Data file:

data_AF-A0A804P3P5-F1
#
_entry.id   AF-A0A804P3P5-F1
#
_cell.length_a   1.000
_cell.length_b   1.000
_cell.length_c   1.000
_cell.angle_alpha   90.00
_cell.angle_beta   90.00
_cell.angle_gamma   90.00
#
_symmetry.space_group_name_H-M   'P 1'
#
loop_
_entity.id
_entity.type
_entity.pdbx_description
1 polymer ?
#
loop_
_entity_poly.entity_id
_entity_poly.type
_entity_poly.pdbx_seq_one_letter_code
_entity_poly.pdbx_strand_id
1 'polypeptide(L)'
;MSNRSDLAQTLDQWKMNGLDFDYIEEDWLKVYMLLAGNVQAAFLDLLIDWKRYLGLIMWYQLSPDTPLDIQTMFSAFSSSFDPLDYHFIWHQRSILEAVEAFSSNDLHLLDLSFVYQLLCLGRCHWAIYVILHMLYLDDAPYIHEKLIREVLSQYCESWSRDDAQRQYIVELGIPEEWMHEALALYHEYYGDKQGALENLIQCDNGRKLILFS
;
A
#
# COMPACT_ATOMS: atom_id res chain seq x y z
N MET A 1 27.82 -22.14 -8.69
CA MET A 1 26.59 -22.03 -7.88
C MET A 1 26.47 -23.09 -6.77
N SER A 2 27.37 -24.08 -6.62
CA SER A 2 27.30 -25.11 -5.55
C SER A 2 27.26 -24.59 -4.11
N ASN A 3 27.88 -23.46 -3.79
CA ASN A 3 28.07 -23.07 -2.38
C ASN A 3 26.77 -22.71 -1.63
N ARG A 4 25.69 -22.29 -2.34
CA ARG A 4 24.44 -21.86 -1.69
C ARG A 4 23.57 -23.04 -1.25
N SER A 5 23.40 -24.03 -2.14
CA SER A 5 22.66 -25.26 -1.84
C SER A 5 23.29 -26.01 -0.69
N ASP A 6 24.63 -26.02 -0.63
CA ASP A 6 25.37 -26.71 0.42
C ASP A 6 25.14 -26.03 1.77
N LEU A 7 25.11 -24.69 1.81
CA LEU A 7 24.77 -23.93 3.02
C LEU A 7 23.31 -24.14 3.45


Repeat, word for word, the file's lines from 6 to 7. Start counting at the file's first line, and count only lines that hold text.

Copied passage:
_cell.length_b   1.000
_cell.length_c   1.000